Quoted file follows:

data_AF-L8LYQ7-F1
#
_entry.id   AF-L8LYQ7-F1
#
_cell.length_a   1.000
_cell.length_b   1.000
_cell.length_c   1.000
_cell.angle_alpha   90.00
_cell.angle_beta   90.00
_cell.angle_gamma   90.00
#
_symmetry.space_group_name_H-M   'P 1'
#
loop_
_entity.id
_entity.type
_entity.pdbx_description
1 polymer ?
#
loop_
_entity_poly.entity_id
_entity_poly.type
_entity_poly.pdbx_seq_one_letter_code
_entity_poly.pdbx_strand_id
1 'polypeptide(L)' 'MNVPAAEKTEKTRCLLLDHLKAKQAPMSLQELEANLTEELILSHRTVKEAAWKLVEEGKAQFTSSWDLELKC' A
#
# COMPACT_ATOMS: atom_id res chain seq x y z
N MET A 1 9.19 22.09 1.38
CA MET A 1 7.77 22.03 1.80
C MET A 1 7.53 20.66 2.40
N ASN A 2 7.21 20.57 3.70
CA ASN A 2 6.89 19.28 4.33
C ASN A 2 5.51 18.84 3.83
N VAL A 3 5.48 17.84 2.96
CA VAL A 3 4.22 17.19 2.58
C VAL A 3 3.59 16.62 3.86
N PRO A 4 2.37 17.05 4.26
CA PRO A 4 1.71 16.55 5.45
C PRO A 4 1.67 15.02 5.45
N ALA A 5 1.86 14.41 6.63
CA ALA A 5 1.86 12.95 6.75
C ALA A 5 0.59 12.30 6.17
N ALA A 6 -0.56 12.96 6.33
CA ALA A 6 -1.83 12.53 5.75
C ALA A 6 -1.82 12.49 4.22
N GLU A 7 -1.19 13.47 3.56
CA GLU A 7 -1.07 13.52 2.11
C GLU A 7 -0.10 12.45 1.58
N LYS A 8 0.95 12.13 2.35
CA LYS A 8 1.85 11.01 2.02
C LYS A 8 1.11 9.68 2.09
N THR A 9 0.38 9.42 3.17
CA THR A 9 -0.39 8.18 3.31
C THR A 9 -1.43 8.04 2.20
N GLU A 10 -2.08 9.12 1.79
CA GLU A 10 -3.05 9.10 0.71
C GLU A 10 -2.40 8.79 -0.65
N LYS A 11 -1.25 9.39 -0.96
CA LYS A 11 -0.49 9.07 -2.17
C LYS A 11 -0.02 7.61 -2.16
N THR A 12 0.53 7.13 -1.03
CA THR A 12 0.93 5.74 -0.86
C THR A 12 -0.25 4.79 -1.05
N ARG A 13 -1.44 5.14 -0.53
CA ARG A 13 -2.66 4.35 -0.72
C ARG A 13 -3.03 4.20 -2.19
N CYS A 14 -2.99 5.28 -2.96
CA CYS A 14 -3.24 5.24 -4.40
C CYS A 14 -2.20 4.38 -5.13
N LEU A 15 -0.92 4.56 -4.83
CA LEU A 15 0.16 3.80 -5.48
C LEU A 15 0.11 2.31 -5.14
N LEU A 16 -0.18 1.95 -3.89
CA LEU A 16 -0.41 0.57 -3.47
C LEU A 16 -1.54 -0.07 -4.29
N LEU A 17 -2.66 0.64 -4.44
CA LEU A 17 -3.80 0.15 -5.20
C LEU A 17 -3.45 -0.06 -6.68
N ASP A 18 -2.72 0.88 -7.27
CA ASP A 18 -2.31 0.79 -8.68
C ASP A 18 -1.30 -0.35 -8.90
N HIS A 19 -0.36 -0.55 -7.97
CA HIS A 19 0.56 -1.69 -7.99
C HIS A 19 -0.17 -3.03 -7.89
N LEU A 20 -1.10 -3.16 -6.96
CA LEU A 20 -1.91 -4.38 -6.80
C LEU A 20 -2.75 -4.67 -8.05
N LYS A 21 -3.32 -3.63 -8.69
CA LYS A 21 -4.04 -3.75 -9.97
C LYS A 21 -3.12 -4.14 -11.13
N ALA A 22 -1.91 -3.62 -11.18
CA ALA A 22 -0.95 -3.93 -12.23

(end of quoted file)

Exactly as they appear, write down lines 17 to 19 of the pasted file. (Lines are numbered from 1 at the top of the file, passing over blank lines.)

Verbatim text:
_entity.pdbx_description
1 polymer ?
#